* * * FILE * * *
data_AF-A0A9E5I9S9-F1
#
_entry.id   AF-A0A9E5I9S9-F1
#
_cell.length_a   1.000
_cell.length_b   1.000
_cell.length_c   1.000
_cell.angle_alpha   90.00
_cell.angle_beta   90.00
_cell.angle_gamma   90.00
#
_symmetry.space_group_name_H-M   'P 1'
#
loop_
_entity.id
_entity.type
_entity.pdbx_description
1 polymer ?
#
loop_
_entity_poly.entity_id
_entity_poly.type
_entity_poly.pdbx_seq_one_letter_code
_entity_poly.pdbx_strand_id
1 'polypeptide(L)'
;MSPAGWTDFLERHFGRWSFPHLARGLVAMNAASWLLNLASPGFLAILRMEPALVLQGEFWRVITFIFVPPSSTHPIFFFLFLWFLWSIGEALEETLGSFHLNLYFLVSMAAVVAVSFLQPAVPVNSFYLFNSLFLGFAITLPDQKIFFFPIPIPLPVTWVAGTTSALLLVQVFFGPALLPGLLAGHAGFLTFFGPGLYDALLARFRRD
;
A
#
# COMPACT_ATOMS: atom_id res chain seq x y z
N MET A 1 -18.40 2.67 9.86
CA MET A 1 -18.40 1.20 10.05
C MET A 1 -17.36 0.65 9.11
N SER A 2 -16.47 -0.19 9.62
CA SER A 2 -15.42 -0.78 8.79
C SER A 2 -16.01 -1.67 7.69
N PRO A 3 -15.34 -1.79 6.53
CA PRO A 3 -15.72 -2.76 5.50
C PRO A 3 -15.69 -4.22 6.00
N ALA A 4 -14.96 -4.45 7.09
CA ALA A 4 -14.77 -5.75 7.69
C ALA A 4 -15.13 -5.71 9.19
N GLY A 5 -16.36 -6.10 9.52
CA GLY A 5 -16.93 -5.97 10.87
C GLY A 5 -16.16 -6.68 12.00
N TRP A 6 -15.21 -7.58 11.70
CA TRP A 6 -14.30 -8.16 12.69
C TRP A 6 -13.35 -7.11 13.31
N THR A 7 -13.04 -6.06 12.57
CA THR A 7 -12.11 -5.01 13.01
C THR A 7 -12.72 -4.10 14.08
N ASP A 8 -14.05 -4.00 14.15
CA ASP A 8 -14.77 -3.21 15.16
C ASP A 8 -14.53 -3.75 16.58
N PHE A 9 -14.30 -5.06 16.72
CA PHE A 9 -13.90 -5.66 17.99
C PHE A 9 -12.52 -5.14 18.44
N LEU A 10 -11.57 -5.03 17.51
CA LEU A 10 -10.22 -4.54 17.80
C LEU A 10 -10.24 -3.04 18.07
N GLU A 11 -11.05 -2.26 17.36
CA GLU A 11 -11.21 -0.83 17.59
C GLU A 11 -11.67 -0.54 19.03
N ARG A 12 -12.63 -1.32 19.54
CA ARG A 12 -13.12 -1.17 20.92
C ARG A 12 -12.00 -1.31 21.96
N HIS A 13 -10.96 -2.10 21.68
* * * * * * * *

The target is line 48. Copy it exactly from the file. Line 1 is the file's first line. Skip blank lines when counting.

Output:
C TRP A 6 -13.35 -7.11 13.31